Just like children, cats need to play. From kitten to cat, playing with your pet is an important part of keeping them healthy and happy. Stimulating, interactive play not only provides exercise—but it also keeps your cat from getting lonely, bored, depressed, or destructive. Toys, cat towers, and even paper bags can give your cat the playtime they need to live a longer, happier life.


Why Do Cats Like to Play?

Even though it might seem like they sleep all day, cats are hunters by nature. Playtime fulfills an indoor cat’s prey instinct. Allowing them to relieve stress, get exercise and explore their world in a safe and controlled environment. Play will also build a cat’s trust in you, helping you better care for them when they are scared or hurt. 


Three Reasons Why Cats Need Structured Playtime

While the phrase “structured playtime” may sound stuffy and uptight, it simply means scheduling a daily time for interactive play. Actively playing with your cat provides the mental stimulation they crave. They’ll come to rely on you playing with them at a certain time of day, just like how they act like little alarm clocks when it’s time for breakfast.

Interactive play doesn’t have to mean a lot of exercise for you. It can be as simple as laying out paper bags and boxes for your cat to climb in. Or it can be dangling a string while you lounge on the sofa. However, the more involved you are in their play, the more invested your cat will be as well.

Here are three reasons why structured playtime is important for cats:

1. Play Relieves Stress 

It might not seem like it, but many cats do experience stress. Domestic cats tend to rely on structure—oftentimes, if they are lacking structure, they can experience extreme stress. Feeding your cat and playing with them at scheduled times of the day can reduce anxiety and stress levels by releasing the hormones that promote relaxation.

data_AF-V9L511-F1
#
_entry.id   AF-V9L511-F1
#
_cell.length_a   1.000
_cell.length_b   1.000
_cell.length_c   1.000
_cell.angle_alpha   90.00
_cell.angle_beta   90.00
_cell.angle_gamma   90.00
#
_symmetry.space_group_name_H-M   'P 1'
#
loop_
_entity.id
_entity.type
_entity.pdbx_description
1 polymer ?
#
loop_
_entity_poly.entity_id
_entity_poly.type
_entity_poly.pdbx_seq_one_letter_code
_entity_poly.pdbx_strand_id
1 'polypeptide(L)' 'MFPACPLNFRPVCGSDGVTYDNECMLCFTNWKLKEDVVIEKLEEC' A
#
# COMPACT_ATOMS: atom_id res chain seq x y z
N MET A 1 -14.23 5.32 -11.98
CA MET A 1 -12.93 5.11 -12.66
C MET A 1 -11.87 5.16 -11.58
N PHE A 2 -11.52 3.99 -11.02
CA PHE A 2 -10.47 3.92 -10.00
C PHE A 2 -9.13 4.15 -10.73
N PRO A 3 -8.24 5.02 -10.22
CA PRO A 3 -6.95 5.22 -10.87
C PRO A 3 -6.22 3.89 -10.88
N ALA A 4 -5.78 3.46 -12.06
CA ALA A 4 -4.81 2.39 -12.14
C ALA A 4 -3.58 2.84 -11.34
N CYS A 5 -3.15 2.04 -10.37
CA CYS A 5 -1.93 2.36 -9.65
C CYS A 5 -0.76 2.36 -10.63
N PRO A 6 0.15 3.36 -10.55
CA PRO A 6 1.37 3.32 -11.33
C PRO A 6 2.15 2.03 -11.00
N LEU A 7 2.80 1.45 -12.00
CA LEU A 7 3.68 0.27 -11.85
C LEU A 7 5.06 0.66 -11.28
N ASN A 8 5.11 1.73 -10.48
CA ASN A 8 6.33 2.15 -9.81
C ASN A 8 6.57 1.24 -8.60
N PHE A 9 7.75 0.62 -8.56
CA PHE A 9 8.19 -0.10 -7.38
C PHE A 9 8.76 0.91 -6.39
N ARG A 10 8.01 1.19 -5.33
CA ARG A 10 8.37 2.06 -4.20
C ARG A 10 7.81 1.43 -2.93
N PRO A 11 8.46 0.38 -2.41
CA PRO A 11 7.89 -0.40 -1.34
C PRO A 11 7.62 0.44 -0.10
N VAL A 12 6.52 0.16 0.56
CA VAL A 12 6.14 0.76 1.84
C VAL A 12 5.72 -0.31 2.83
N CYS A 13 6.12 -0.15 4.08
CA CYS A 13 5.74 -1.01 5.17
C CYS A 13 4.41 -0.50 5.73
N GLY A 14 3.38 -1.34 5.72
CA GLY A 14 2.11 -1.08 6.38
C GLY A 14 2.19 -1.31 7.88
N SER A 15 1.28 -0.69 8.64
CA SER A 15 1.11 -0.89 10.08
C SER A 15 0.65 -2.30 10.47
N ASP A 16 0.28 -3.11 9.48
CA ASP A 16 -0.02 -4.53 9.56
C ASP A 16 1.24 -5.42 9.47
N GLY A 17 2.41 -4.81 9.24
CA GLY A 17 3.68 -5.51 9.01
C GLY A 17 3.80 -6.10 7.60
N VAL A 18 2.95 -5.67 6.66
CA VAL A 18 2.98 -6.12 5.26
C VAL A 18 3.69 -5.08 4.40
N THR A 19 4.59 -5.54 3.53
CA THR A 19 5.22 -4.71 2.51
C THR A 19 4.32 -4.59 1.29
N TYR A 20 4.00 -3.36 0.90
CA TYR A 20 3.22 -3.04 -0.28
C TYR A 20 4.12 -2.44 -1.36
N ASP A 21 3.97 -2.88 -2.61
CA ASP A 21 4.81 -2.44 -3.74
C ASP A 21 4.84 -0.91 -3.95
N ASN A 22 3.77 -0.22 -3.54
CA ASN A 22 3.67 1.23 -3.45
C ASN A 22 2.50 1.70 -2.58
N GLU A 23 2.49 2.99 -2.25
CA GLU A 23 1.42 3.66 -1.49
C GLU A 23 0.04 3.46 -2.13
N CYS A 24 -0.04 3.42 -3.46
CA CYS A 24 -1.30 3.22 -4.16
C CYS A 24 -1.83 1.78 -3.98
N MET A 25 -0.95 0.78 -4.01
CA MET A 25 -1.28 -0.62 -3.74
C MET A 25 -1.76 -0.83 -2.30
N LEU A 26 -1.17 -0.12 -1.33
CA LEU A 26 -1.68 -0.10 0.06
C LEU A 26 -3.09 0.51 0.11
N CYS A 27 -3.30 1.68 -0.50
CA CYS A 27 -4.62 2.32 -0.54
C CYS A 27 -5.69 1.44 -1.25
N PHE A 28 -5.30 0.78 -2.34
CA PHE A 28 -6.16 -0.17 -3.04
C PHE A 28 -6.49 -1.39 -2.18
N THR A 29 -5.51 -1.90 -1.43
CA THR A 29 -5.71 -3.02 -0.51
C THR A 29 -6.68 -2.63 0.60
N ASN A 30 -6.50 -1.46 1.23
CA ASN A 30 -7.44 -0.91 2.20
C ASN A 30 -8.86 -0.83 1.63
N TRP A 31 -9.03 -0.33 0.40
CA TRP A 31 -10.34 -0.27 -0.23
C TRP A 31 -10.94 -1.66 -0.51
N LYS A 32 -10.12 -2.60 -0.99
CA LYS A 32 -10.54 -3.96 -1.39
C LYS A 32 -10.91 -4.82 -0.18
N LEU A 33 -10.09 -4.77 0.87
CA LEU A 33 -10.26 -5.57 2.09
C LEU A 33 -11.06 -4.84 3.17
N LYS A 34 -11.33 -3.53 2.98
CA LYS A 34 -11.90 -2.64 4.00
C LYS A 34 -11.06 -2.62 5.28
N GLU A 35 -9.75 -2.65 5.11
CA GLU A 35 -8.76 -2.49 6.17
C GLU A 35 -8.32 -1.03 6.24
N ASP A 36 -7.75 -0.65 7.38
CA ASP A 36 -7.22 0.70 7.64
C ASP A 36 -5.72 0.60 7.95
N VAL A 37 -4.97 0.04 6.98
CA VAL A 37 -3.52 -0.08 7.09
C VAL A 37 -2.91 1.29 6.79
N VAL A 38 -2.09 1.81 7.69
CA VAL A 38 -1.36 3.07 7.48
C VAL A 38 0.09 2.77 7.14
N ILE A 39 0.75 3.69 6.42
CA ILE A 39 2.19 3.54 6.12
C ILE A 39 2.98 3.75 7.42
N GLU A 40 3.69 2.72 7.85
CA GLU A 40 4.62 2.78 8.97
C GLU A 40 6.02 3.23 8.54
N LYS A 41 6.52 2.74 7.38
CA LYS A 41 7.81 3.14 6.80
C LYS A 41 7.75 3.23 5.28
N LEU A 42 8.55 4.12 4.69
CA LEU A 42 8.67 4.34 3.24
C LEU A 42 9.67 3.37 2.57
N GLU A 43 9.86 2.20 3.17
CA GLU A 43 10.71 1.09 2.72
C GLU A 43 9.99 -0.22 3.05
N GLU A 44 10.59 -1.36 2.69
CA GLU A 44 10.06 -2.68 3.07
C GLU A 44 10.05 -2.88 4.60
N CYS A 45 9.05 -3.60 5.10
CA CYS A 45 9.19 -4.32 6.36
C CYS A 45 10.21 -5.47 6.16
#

Some other things in our homes that can cause stress to cats include candles, loud noises (like vacuums), and even poor handling (petting your cat when they do not want to be petted). Allowing places for your cat to climb (climbing and jumping is also a form of play) can also relieve stress and drastically improve a cat’s mood. 

2. Play Prevents Problem Behaviors 

Is your cat spending too much time pushing objects off of counters, sneaking into places they should not be, or harassing other pets? Bored cats create their own fun, and often in ways that are not so fun for their humans. If your kitty is causing mischief, consider investing in a cat tower and some toys. 

3. Play Reduces the Impact of Outdoor Cats 

New UK studies have found that indoor/outdoor cats with 40 minutes of playtime a day are less likely to kill birds and small animals when they are outdoors. Domestic cats are often responsible for killing a significant number of small animals in their neighborhoods. 

While this habit can help with the overpopulation of mice and rats in certain areas, cats do not discriminate when it comes to the small animals they hunt. Their kills can wreak havoc on local ecosystems, and might even include protected species. Studies have found that structured indoor playtime results in a 30% reduction in kills by outdoor cats. 


Cat Care in Gilbert, Arizona 

Playing with your cat is an essential part of keeping them healthy, and so are their yearly checkups. Annual wellness exams help you stay on top of your cat’s health and can help catch problems before they grow worse. Our team at East Valley Animal Hospital is here to provide the very best care for your best friend. Call us today to make an appointment.